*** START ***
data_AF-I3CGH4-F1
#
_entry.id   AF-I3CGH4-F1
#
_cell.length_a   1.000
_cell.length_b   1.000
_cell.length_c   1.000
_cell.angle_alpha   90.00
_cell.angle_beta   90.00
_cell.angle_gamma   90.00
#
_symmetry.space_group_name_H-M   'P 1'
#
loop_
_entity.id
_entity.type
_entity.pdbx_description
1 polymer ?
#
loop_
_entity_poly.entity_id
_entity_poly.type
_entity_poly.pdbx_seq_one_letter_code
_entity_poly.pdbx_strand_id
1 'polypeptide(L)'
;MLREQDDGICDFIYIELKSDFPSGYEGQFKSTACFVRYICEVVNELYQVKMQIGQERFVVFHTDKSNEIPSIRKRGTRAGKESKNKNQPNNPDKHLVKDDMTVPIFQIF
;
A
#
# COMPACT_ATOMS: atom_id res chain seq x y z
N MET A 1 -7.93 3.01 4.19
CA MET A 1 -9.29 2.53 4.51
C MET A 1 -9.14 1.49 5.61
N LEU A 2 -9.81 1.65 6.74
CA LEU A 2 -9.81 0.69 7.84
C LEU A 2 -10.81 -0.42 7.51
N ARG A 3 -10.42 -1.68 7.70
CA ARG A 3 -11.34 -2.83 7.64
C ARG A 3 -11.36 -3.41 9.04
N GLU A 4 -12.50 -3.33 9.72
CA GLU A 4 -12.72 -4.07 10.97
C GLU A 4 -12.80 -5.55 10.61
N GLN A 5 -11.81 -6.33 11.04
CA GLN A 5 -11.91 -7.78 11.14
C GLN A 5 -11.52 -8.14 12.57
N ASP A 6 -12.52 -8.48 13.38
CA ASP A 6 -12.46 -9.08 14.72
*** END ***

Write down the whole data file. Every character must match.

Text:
data_AF-I3CGH4-F1
#
_entry.id   AF-I3CGH4-F1
#
_cell.length_a   1.000
_cell.length_b   1.000
_cell.length_c   1.000
_cell.angle_alpha   90.00
_cell.angle_beta   90.00
_cell.angle_gamma   90.00
#
_symmetry.space_group_name_H-M   'P 1'
#
loop_
_entity.id
_entity.type
_entity.pdbx_description
1 polymer ?
#
loop_
_entity_poly.entity_id
_entity_poly.type
_entity_poly.pdbx_seq_one_letter_code
_entity_poly.pdbx_strand_id
1 'polypeptide(L)'
;MLREQDDGICDFIYIELKSDFPSGYEGQFKSTACFVRYICEVVNELYQVKMQIGQERFVVFHTDKSNEIPSIRKRGTRAGKESKNKNQPNNPDKHLVKDDMTVPIFQIF
;
A
#
# COMPACT_ATOMS: atom_id res chain seq x y z
N MET A 1 -7.93 3.01 4.19
CA MET A 1 -9.29 2.53 4.51
C MET A 1 -9.14 1.49 5.61
N LEU A 2 -9.81 1.65 6.74
CA LEU A 2 -9.81 0.69 7.84
C LEU A 2 -10.81 -0.42 7.51
N ARG A 3 -10.42 -1.68 7.70
CA ARG A 3 -11.34 -2.83 7.64
C ARG A 3 -11.36 -3.41 9.04
N GLU A 4 -12.50 -3.33 9.72
CA GLU A 4 -12.72 -4.07 10.97
C GLU A 4 -12.80 -5.55 10.61
N GLN A 5 -11.81 -6.33 11.04
CA GLN A 5 -11.91 -7.78 11.14
C GLN A 5 -11.52 -8.14 12.57
N ASP A 6 -12.52 -8.48 13.38
CA ASP A 6 -12.46 -9.08 14.72